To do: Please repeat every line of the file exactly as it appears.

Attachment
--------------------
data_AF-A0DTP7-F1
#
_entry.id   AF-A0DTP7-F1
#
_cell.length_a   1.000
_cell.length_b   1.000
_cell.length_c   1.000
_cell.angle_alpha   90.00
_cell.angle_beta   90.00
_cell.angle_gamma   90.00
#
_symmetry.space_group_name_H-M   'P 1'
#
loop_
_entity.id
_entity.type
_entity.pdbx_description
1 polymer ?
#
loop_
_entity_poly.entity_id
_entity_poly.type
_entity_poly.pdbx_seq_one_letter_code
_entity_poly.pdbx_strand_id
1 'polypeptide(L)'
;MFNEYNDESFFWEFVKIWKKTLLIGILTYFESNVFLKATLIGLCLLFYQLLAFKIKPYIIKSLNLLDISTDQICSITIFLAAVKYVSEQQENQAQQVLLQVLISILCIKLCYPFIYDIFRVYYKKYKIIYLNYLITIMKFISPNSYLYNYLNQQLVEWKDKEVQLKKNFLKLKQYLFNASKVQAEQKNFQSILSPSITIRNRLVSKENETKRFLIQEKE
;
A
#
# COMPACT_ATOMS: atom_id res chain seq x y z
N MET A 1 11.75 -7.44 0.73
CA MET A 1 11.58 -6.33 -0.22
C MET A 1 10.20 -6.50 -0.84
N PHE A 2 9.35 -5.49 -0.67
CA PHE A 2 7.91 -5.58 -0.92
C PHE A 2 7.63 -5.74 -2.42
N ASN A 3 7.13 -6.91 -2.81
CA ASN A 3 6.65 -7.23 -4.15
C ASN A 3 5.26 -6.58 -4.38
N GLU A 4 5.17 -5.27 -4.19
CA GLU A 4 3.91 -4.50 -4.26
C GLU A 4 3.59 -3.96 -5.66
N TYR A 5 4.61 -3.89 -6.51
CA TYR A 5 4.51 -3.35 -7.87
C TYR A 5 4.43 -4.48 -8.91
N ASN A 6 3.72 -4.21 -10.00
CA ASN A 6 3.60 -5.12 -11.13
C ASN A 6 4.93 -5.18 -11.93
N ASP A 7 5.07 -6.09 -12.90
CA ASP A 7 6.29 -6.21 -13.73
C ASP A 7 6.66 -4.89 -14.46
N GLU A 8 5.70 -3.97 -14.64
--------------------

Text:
data_AF-A0DTP7-F1
#
_entry.id   AF-A0DTP7-F1
#
_cell.length_a   1.000
_cell.length_b   1.000
_cell.length_c   1.000
_cell.angle_alpha   90.00
_cell.angle_beta   90.00
_cell.angle_gamma   90.00
#
_symmetry.space_group_name_H-M   'P 1'
#
loop_
_entity.id
_entity.type
_entity.pdbx_description
1 polymer ?
#
loop_
_entity_poly.entity_id
_entity_poly.type
_entity_poly.pdbx_seq_one_letter_code
_entity_poly.pdbx_strand_id
1 'polypeptide(L)'
;MFNEYNDESFFWEFVKIWKKTLLIGILTYFESNVFLKATLIGLCLLFYQLLAFKIKPYIIKSLNLLDISTDQICSITIFLAAVKYVSEQQENQAQQVLLQVLISILCIKLCYPFIYDIFRVYYKKYKIIYLNYLITIMKFISPNSYLYNYLNQQLVEWKDKEVQLKKNFLKLKQYLFNASKVQAEQKNFQSILSPSITIRNRLVSKENETKRFLIQEKE
;
A
#
# COMPACT_ATOMS: atom_id res chain seq x y z
N MET A 1 11.75 -7.44 0.73
CA MET A 1 11.58 -6.33 -0.22
C MET A 1 10.20 -6.50 -0.84
N PHE A 2 9.35 -5.49 -0.67
CA PHE A 2 7.91 -5.58 -0.92
C PHE A 2 7.63 -5.74 -2.42
N ASN A 3 7.13 -6.91 -2.81
CA ASN A 3 6.65 -7.23 -4.15
C ASN A 3 5.26 -6.58 -4.38
N GLU A 4 5.17 -5.27 -4.19
CA GLU A 4 3.91 -4.50 -4.26
C GLU A 4 3.59 -3.96 -5.66
N TYR A 5 4.61 -3.89 -6.51
CA TYR A 5 4.51 -3.35 -7.87
C TYR A 5 4.43 -4.48 -8.91
N ASN A 6 3.72 -4.21 -10.00
CA ASN A 6 3.60 -5.12 -11.13
C ASN A 6 4.93 -5.18 -11.93
N ASP A 7 5.07 -6.09 -12.90
CA ASP A 7 6.29 -6.21 -13.73
C ASP A 7 6.66 -4.89 -14.46
N GLU A 8 5.70 -3.97 -14.64